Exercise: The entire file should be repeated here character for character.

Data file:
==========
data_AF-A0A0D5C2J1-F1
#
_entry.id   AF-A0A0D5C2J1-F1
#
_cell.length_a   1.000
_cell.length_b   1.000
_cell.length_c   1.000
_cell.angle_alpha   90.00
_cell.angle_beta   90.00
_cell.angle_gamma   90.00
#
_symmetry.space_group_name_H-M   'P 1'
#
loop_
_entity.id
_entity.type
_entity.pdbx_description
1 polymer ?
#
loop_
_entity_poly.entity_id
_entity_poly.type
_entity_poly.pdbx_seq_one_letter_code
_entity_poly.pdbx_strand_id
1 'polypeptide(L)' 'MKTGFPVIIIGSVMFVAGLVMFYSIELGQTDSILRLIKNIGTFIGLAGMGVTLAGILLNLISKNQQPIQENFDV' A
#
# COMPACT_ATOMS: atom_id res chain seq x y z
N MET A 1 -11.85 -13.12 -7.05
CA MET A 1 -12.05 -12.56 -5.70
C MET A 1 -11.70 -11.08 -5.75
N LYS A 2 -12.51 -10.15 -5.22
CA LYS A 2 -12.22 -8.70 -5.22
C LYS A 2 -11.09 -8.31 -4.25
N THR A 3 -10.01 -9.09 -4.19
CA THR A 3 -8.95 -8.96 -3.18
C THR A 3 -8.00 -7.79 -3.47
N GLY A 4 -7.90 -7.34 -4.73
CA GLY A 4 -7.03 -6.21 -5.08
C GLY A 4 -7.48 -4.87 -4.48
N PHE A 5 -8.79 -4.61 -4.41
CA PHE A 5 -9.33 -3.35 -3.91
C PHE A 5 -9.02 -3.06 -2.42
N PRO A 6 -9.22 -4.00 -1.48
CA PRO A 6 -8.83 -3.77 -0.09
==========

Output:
data_AF-A0A0D5C2J1-F1
#
_entry.id   AF-A0A0D5C2J1-F1
#
_cell.length_a   1.000
_cell.length_b   1.000
_cell.length_c   1.000
_cell.angle_alpha   90.00
_cell.angle_beta   90.00
_cell.angle_gamma   90.00
#
_symmetry.space_group_name_H-M   'P 1'
#
loop_
_entity.id
_entity.type
_entity.pdbx_description
1 polymer ?
#
loop_
_entity_poly.entity_id
_entity_poly.type
_entity_poly.pdbx_seq_one_letter_code
_entity_poly.pdbx_strand_id
1 'polypeptide(L)' 'MKTGFPVIIIGSVMFVAGLVMFYSIELGQTDSILRLIKNIGTFIGLAGMGVTLAGILLNLISKNQQPIQENFDV' A
#
# COMPACT_ATOMS: atom_id res chain seq x y z
N MET A 1 -11.85 -13.12 -7.05
CA MET A 1 -12.05 -12.56 -5.70
C MET A 1 -11.70 -11.08 -5.75
N LYS A 2 -12.51 -10.15 -5.22
CA LYS A 2 -12.22 -8.70 -5.22
C LYS A 2 -11.09 -8.31 -4.25
N THR A 3 -10.01 -9.09 -4.19
CA THR A 3 -8.95 -8.96 -3.18
C THR A 3 -8.00 -7.79 -3.47
N GLY A 4 -7.90 -7.34 -4.73
CA GLY A 4 -7.03 -6.21 -5.08
C GLY A 4 -7.48 -4.87 -4.48
N PHE A 5 -8.79 -4.61 -4.41
CA PHE A 5 -9.33 -3.35 -3.91
C PHE A 5 -9.02 -3.06 -2.42
N PRO A 6 -9.22 -4.00 -1.48
CA PRO A 6 -8.83 -3.77 -0.09